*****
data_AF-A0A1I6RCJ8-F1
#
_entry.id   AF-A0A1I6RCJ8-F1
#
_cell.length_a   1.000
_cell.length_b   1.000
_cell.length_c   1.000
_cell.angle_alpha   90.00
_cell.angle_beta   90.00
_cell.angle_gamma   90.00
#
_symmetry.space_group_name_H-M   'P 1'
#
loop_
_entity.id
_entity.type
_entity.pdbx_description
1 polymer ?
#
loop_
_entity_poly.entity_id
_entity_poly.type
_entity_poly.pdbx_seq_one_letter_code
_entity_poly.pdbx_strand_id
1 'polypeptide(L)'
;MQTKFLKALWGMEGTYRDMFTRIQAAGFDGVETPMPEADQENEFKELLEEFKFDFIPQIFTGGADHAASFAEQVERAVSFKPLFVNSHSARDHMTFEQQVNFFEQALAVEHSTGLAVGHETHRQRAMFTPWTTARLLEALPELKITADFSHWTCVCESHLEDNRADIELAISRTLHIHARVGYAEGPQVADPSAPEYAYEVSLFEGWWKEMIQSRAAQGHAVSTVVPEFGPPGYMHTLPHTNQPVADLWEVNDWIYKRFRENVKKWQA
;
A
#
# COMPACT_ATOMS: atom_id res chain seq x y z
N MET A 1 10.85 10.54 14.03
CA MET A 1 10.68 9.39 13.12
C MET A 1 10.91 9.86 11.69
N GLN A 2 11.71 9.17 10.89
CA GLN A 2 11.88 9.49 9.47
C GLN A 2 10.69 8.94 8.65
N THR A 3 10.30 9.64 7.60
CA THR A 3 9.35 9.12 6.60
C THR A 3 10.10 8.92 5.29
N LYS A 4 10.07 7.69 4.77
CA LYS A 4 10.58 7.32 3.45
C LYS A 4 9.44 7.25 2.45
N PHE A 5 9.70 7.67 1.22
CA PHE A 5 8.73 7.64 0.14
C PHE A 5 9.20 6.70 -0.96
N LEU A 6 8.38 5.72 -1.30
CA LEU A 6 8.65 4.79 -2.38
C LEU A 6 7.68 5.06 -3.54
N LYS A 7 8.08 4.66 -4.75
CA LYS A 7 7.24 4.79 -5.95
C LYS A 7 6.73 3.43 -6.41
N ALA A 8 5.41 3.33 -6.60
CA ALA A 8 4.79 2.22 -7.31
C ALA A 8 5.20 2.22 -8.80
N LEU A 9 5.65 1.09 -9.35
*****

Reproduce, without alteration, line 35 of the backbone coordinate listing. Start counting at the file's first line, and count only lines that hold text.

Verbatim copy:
CA GLN A 2 11.88 9.49 9.47